KGB report. Measures to halt the anti-Soviet activities of the “Helsinki Watch Committee in the USSR“: Yury ORLOV, Alexander GINZBURG, N.D. RUDENKO, Tomas VENCLOVA. Includes Secretariat Resolution, St 1/15 (25 January 1977), p. 1.
[R 20 January 1977, St 1-15] Total 6 pp.
Proposal to the Central Committee of the Communist Party of the Soviet Union
Remarks by Yu.V. Andropov and R.A. Rudenko from 20 January 1977, 123-A (Kirilenko, Andropov, Ponomarev, Solomentsev, Katushev, Dolgikh, Zimyanin, Ryabov)
To agree with the measures outlined in the remarks of Yu.V. Andropov and R.A. Rudenko in 20 January 1977, 123-A:
Secretary of the Central Committee
January 20, 1977
On Measures to Curtail the Criminal Activities of
Orlov, Ginzburg, Rudenko and Ventslova
The security services and think tanks of the enemy are making serious efforts to revive and expand the hostile activities of anti-Soviet elements on the territory of the USSR. Especially noticeable is the aspiration of Western intelligence services to assist organized group of individuals, who have spoken out against the governmental and social system that exists in our country. The KGB has in its possession reliable information attesting to the fact that official representatives of the US embassy in Moscow are directly facilitating such activities. While at the current phase priority is given to the carrying out of subversive and anti-Soviet activities using illegal methods, the enemy is simultaneously attempting to incite hostile activity in legal and semi-legal forms.
According to our data, accredited Moscow correspondents from the United States, the Federal Republic of Germany, England, France and Italy are persistently encouraging the leaders of the anti-Soviet movement to use such methods as “addresses” to the governments of various countries, containing vile slander of Soviet life, “press- conferences”, and open protests against the projects of the Soviet Union in their antiSoviet activities. Recently, a tendency to use the upcoming Belgrade meeting as a basis for legalizing open anti-Soviet declamations against the Soviet system by dissidents is being observed in the activities of the enemy.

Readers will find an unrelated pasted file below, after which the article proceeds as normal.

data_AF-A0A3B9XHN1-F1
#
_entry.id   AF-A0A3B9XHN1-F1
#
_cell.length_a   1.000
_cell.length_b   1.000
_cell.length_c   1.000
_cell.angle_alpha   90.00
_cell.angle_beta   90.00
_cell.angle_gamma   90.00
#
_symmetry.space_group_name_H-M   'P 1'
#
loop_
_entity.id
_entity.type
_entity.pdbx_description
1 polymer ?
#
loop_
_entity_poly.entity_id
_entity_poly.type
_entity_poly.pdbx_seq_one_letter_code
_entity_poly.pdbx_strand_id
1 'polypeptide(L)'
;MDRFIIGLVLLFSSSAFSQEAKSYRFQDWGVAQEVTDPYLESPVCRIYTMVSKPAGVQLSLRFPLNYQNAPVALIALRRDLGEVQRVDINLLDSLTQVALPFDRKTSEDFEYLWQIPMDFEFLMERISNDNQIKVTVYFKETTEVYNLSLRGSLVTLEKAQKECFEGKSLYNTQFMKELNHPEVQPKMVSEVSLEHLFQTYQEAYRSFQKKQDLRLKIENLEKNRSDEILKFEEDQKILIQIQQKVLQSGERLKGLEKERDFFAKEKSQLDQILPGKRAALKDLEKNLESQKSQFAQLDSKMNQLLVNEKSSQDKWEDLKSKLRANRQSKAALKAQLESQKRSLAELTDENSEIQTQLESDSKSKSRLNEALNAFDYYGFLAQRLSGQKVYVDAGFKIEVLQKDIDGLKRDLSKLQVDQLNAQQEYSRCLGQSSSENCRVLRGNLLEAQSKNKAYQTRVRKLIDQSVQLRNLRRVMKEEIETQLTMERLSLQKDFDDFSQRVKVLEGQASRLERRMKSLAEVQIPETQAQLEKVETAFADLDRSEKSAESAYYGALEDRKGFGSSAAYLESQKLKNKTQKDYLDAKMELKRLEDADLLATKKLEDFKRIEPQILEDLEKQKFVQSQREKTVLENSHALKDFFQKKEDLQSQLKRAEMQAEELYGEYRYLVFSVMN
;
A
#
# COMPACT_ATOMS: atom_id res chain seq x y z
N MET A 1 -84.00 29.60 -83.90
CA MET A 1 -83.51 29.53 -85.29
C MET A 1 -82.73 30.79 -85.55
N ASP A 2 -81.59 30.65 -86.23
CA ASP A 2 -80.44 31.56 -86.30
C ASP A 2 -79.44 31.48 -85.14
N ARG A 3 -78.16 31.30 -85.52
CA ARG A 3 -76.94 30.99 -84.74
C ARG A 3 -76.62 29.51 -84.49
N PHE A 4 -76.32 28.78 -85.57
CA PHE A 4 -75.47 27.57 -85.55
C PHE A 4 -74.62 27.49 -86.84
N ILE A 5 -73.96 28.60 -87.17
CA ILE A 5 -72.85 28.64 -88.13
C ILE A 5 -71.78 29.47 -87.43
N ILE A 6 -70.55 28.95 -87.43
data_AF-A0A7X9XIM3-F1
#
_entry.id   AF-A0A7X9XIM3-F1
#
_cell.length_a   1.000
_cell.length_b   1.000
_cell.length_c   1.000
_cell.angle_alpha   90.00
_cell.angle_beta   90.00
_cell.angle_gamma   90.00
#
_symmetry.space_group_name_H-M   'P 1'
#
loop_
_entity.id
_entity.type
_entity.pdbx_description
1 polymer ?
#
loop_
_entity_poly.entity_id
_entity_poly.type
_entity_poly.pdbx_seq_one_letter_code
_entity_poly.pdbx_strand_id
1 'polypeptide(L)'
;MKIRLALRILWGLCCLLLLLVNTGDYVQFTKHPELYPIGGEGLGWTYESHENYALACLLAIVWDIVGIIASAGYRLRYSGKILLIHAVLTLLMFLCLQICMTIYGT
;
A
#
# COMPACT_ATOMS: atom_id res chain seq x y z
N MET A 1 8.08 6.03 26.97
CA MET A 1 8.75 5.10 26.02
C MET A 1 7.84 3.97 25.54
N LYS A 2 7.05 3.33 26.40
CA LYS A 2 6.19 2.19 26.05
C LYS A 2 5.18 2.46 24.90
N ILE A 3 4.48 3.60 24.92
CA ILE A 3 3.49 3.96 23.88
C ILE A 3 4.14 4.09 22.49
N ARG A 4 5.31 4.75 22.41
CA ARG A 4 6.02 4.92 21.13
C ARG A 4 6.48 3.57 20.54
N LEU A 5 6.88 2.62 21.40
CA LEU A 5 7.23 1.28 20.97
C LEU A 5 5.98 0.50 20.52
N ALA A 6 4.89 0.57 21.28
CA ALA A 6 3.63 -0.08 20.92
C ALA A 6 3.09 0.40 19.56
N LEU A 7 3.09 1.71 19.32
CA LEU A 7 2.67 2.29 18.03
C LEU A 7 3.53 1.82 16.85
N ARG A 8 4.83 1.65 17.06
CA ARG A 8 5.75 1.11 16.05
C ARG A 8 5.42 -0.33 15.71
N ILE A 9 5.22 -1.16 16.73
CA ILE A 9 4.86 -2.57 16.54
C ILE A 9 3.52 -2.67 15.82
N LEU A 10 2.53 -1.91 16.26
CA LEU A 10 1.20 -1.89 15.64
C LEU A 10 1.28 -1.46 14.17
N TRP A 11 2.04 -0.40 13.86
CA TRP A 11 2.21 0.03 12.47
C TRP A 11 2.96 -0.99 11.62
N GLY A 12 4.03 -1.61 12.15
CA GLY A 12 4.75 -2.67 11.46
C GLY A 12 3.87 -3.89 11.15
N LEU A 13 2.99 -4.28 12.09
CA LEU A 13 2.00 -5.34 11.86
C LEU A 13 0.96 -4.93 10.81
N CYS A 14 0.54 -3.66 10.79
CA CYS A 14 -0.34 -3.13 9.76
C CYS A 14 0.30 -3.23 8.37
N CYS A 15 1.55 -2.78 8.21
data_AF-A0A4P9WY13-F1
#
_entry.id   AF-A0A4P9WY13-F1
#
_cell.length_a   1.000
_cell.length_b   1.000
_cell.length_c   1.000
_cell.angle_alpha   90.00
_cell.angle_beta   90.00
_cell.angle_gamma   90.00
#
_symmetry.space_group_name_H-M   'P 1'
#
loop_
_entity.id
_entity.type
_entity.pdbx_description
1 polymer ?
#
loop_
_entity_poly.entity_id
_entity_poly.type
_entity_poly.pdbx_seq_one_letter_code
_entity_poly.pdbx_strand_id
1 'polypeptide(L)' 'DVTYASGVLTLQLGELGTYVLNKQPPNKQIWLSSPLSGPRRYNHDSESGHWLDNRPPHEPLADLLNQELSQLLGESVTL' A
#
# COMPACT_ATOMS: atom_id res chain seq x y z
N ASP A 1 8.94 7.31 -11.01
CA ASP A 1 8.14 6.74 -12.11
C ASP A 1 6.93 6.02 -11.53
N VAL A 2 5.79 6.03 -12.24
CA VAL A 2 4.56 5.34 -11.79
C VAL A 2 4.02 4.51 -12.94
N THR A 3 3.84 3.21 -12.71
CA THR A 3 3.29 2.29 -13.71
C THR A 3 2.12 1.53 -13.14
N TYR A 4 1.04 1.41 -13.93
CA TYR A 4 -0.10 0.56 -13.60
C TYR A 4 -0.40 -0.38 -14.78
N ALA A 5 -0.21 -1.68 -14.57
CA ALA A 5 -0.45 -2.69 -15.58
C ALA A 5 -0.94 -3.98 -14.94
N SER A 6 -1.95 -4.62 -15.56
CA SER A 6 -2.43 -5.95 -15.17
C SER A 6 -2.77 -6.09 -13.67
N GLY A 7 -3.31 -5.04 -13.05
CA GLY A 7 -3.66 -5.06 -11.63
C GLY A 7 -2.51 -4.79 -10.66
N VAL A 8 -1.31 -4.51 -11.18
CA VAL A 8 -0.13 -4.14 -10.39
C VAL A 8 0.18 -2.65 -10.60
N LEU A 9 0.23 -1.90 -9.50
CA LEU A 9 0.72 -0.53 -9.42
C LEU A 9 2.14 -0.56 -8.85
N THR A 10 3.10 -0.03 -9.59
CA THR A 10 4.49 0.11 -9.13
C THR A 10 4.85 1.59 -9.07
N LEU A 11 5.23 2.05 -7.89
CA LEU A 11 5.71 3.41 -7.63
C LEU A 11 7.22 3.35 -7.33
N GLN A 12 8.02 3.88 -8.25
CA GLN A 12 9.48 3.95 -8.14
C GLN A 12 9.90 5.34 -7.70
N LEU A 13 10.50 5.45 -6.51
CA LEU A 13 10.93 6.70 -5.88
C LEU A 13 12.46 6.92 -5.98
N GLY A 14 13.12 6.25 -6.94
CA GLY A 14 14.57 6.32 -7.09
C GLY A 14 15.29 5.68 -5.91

The anti-Soviet elements, in concert with the West are striving to, in one form or another, bring into their ranks individuals who have been convicted in the past or new individuals who are easily manipulated. Here are involved nationalists, Zionists, Crimean Tatars, Meskhettian Turks and religious sects.
For example, in Moscow, A.I. Ginzburg engaged in active anti-Soviet activities. He was born in 1936 and was convicted of fraud in 1968 for his attempt to create an NTS group in Moscow. In recent years, he has not been gainfully employed and instead has taken it upon himself to become the manager of the so called “Solzhenitsyn Fund”, which is more or less a front for the rendering of Western financial and material support to antiSoviet convicts.
In Lithuania, the Lithuanian nationalists Venclova and Pyatkus, who has been convicted three times for his hostile activities, have worked towards this end. Kandyva, a past participant in an illegal nationalist organization, along with others, have partaken in similar activities.
In Moscow Yu. F. Orlov has embarked on the path of antisocial activity. He was born in 1924, and for a prolonged period was not gainfully employed. In 1956, as a member of the Communist Party of the Soviet Union and a researcher at the Institute of theoretical and experimental physics, he presented an openly anti-party address, for which he was expelled from the party and subjected to criticism in the pages of Pravda.
This came despite the fact that Orlov was elected a member-correspondent of the Academy of Sciences of the Armenian Soviet Socialist Republic. In recent years he abandoned scientific work and wholly dedicated himself to antisocial activity. Orlov is the author of a series of provocative declarations, interviews with foreign correspondents, and a regular participant in openly provocative actions.
In May 1976, upon entering into criminal contacts with a representative of the American embassy, Orlov formed the so-called “Group to Assist the Implementation of the Helsinki Accords in the USSR”, and presently under this cover is attempting to legalize anti-Soviet activity. Under the direct influence of Orlov analogous “groups” have been formed in Kiev and Vilnius.
These groups’ participants have not concealed their true goals: to legally work on the political demagoguery surrounding the Helsinki accords, and to illegally and scornfully propagandize anti-Soviet ideas. In part, the leader of the Ukrainian “group for assistance in the enforcement of the Helsinki accords in the USSR” N.D. Rudenko, who was born in 1920, amongst his supporters directly avows that his goal is to aid the struggle for Ukrainian secession from the USSR.